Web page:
Mail is still the most productive channel for fundraising. More than email, internet, phone, social media, or any other medium you can dream up.
Why? Jerry Huntsinger in his Eighty-Six Tutorials on Creating Fundraising Letters and Packages explains it perfectly:
“… mail-opening in most households is a time of great anticipation, and in many households it represents the high point of the day.
“We are dealing here with a basic conditioned response mechanism because, in the past, mail has brought tremendous, exciting news, and this has happened so often in the life of an individual that each day they have hope that once again something exciting will be left in their mailboxes.
“Have you ever watched a person opening their mail and seen them hold a letter up to the light, especially if it is a check? Have you ever done this yourself? It’s really a little ridiculous not to just go ahead and rip the envelope open and see what’s inside.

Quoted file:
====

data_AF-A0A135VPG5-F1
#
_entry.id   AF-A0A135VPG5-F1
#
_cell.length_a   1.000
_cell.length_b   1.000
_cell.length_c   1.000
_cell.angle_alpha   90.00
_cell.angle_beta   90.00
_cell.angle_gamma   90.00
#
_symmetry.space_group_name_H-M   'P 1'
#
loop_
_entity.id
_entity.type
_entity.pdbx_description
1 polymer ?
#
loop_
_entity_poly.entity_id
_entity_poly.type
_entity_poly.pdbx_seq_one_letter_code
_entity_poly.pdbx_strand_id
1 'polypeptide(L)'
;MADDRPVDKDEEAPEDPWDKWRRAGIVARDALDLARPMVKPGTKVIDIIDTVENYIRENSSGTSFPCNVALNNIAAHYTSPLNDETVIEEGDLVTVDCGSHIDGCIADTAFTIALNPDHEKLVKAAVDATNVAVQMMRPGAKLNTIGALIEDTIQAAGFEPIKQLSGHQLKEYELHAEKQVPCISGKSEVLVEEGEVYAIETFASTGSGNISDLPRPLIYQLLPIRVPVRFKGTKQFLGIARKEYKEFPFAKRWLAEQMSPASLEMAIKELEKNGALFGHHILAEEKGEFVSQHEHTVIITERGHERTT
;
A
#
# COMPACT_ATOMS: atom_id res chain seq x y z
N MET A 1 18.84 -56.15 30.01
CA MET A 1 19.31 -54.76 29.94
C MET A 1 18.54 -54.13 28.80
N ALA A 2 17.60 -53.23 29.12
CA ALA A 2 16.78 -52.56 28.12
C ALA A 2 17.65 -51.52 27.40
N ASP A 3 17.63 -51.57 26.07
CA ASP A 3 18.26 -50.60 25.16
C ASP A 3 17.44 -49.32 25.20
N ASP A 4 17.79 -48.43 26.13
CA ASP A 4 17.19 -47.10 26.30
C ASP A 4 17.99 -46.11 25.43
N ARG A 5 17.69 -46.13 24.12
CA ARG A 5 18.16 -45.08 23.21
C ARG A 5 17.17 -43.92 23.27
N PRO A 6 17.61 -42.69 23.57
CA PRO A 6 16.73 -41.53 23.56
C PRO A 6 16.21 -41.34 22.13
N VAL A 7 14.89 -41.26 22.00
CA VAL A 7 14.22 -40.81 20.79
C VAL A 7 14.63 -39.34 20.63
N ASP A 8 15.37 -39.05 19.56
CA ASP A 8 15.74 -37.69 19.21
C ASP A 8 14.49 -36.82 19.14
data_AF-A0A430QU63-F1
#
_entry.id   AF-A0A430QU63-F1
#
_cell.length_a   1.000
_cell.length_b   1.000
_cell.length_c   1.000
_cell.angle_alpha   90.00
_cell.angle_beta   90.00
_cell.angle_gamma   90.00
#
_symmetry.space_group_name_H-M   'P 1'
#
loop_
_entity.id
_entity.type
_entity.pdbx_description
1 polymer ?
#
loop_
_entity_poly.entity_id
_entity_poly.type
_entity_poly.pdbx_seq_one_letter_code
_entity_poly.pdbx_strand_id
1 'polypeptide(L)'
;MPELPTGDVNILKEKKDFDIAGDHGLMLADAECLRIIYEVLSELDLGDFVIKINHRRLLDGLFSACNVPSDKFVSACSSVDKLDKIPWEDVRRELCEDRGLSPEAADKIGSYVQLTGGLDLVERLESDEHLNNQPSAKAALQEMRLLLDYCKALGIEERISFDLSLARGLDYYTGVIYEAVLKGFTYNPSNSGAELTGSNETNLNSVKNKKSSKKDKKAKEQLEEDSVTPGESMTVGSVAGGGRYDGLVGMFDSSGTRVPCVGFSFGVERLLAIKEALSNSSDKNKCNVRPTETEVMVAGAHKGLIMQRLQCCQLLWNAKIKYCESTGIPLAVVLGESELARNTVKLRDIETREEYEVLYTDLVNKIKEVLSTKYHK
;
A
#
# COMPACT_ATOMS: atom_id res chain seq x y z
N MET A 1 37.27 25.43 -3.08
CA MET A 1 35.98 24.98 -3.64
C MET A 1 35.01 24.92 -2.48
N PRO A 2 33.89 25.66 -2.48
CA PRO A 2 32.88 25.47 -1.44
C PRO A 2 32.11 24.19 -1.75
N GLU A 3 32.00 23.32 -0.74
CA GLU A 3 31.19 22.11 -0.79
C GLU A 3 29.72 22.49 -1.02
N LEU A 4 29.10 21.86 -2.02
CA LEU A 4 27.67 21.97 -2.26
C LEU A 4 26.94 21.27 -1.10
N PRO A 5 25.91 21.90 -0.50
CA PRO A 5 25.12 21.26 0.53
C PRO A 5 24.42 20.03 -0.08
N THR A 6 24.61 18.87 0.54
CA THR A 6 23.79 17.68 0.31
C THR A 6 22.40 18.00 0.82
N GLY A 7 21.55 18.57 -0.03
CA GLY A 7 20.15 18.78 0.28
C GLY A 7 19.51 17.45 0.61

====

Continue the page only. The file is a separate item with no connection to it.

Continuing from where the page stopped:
“But remember this is a moment of magic; and as you hold that envelope up to the light, you try to imagine what’s inside. It’s as if you were prolonging the anticipation, and you really don’t want that moment of magic to come to an end.”
Mail is the only medium that holds this kind of spell over us, and it’s just as Jerry says: It’s a conditioned response, and it’s ingrained.
Nobody goes to their email inbox and hovers over a subject line in anticipation of what might be in store. Usually, you’re just checking which emails you can delete amid the flood of spam.
Nobody goes onto Facebook with a sense of great anticipation. Mostly, you check social media out of habit as a way to pass the time.
Nobody is struck with wonder when the phone rings. Usually, it’s an inconvenience, especially when it turns out to be a telemarketing call.
Mail is different. It’s personal. It’s timely. It’s even cultural in its significance in our lives, and that’s especially true for the Baby Boomers who make up a large portion of donors for most nonprofits. For many, opening the mail is one of the high points of the day.
This is why it’s never okay to disappoint donors. Mail appeals need to be interesting, shocking, surprising, even exciting. It’s what donors expect, what they look forward to, and certainly what they deserve.